A sample WorldView-3 image (Image Credit: DigitalGlobe)

WorldView-3 is the latest satellite sensor from DigitalGlobe. With the addition of this sensor to its satellite constellation (in addition to QuickBird, WorldView-1, GeoEye-1, Ikonos and WorldView-2), DigitalGlobe will be capable of collecting ~1 billion km2 of Earth imagery per year. DigitalGlobe has added a SWIR (Shortwave Infrared) sensing 8-band instrument to WorldView-3 satellite that will open up a host of new civil and military applications.

WorldView-3 provides 31 cm panchromatic resolution, 1.24 m MS (Multispectral) resolution, 3.7 m SWIR (Short-Wave Infrared) resolution, and 30 m CAVIS ( Clouds, Aerosols, Vapors, Ice, and Snow) resolution. CAVIS will monitor the atmosphere and provide correction data to improve WorldView-3′s imagery when it images earth objects through haze, soot, dust or other atmospheric particles. WorldView-3 builds upon WorldView-2 and WorldView-1 technology by carrying forward the satellites’ advanced Control Moment Gyroscopes (CMGs). CMGs reorient a satellite over a desired collection area in 4-5 seconds, compared to 30-45 seconds needed for traditional reaction wheels(QuickBird e.g.).

Sensor specifications

PanchromaticPanchromatic: 450 – 800 nm
Multispectral (8 Bands)Coastal : 400 – 450 nm
Blue : 450 – 510 nm
Green : 510 – 580 nm
Yellow : 585 – 625 nm
Red : 630 – 690 nm
Red Edge : 705 – 745 nm
Near-IR1 : 770 – 895 nm
Near-IR2 : 860 – 1040 nm
SWIR Bands (8 Bands)SWIR-1 : 1195 – 1225 nm
SWIR-2 : 1550 – 1590 nm
SWIR-3 : 1640 – 1680 nm
SWIR-4 : 1710 – 1750 nm
SWIR-5 : 2145 – 2185 nm
SWIR-6 : 2185 – 2225 nm
SWIR-7 : 2235 – 2285 nm
SWIR-8 : 2295 – 2365 nm
CAVIS* Bands(12 Bands)Desert Clouds : 1195 – 1225 nm
Aerosol-1 : 405 – 420 nm
Green : 459 – 509 nm
Aerosol-2 : 525 – 585 nm
Water-1 : 845 – 885 nm
Water-2 : 897 – 927 nm
Water-3 : 930 – 965 nm
NDVI-SWIR : 1220 – 1252 nm
Cirrus : 1350 – 1410 nm
Snow : 2105 – 2245
Aerosol-3 : 1620 – 1680 nm
Aerosol-3 : 2105 – 2245 nm
*Clouds, Aerosol, Vapor, Ice, Snow

WorldView-3 has following other Design and Specification features. Particularly interesting are highest Pan resolution of 0.31m, 30m CAVIS bands and a locational accuracy of 3.5m CE90 comparable to the GeoEye-1

OrbitAltitude: 617 km
Type: SunSync, 1:30 pm descending Node
Period: 97 min.
LifeSpec Mission Life: 7.25 years
Estimated: Service Life: 10 to 12 years
Sensor ResolutionPan Nadir: 0.31 m(20° Off-Nadir: 0.34 m)
Multispectral Nadir: 1.24 m(20° Off-Nadir: 1.38 m)
SWIR Nadir: 3.70 m(20° Off-Nadir: 4.10 m)
CAVIS Nadir: 30.00 m
Dynamic Range11-bits per pixel Pan and MS
14-bits per pixel SWIR
Swath WidthAt nadir: 13.1 km
Attitude Determination and ControlType: 3-axis Stabilized
Actuators: Control Moment Gyros (CMGs)
Sensors: Star trackers, precision IRU, GPS
Pointing Accuracy and KnowledgeAccuracy: <500 m at image start/stop
Knowledge: Supports geolocation accuracy given below
Retargeting AgilityTime to Slew 200 km: 12 sec
Max Contiguous Area Collected in a Single Pass (30° off-nadir angle)Mono: 66.5 km x 112 km (5 strips)
Stereo: 26.6 km x 112 km (2 pairs)
Revisit Frequency (at 40°N Latitude)1 m GSD: <1.0 day
4.5 days at 20° off-nadir or less
Geolocation Accuracy(CE90)Predicted <3.5 m CE90 without ground control
Capacity680,000 km2 per day

As we can see from the table shown above, WorldView-3 sensor allows observation of a much wider range of the electromagnetic spectra than most other commercial satellites, and will allow the data user to start looking for the individual spectral signatures of materials. Below figure shows the spectral signatures of three minerals. The light blue regions on the plot denote the VNIR bands covered by Worldview-2and WorldView-3. The light red regions denote the SWIR bands covered by the 8 new WV-3 bands. This shows just how much further the new bands penetrate into the electromagnetic spectrum. The spectral profiles of each pixel in an image can be compared to a spectral library (such as the reflectance spectra shown) to classify what material is contained within that pixel.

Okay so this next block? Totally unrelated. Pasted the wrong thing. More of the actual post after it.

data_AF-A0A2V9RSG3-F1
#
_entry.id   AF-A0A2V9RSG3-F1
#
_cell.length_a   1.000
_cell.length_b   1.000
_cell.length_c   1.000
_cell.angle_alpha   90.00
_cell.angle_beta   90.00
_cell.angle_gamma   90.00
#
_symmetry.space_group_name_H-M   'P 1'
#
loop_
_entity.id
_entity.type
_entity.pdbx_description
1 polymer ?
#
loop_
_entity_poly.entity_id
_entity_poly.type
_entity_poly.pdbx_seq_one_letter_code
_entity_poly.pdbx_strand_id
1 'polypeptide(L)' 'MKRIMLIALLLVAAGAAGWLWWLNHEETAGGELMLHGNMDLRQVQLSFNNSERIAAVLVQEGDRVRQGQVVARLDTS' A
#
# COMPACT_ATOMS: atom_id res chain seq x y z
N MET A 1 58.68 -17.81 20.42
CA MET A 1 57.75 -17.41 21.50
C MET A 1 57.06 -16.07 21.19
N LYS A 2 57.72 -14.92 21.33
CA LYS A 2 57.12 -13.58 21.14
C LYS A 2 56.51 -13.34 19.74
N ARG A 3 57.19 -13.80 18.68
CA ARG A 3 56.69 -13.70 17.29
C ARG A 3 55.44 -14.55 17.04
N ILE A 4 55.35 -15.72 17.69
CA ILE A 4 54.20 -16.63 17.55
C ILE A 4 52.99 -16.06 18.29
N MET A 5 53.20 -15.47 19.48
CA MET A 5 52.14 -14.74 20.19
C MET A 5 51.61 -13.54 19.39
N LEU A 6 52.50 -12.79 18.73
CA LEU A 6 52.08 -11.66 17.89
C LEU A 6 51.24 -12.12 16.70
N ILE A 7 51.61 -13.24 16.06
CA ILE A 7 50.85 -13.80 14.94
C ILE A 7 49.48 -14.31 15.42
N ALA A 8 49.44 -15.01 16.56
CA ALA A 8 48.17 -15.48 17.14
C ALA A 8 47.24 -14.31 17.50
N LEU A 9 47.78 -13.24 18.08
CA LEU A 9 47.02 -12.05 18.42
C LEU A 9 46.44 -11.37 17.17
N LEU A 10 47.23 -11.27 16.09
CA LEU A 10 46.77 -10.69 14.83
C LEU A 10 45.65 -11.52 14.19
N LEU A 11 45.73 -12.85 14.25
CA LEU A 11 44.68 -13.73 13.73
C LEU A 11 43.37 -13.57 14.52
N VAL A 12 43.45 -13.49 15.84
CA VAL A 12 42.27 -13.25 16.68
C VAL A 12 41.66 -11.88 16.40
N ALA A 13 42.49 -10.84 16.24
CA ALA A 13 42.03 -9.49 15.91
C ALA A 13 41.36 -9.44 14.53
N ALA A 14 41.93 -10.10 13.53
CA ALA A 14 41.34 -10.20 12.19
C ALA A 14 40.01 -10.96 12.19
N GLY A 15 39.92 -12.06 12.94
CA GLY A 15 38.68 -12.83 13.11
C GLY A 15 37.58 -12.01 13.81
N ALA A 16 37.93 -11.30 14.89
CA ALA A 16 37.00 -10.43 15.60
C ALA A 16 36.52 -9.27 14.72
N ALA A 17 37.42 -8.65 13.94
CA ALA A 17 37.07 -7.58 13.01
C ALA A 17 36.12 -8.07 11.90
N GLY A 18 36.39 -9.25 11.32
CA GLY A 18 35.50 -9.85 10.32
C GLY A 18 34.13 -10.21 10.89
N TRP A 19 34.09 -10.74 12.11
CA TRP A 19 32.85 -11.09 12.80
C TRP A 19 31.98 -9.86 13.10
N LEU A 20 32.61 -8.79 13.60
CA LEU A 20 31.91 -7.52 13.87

This type of automated spectral classification allows us to remotely monitor materials and is invaluable to a great number of industries for example in forestry applications where we see users wanting to monitor tree health and pest infestation in remote regions. WorldView-3 brings a limited version of this capability to users at a reduced price, so one still can’t expect the accuracy of a hyperspectral satellite, but it really is a step beyond the features we could extract from multispectral data. Digital Globe’s marketing refers to this observation scheme as ‘super-spectral’.

Reference spectra of three minerals (Image Credit: Exelis)

CAVIS ( Clouds, Aerosols, Vapors, Ice, and Snow): The CAVIS imager is provided by Ball Aerospace & Technologies Corporation (BATC). The objective of CAVIS is to monitor the atmosphere and provide correction data to improve WorldView-3′s high-resolution imagery when it images Earth objects through haze, soot, dust or other obscurants. The CAVIS imager has a resolution of 30 m.

The CAVIS instrument brings an unprecedented level of consistency in data, paving the way to standardization of satellite imagery. CAVIS corrects for the inconsistencies caused by certain conditions, offering standardized imagery no matter where or when the data was captured. This standardization will introduce a new age of automated information extraction and feature detection.

The spectral window of WorldView-3 (Image Credit: DigitalGlobe)

Below shown animation portrays application of WorldView-3 imagery in identification of various minerals using ‘mineral indices’.

The spectral window of WorldView-3 (Image Credit: DigitalGlobe)

Application to Mineral Exploration (Image Credit: DigitalGlobe)

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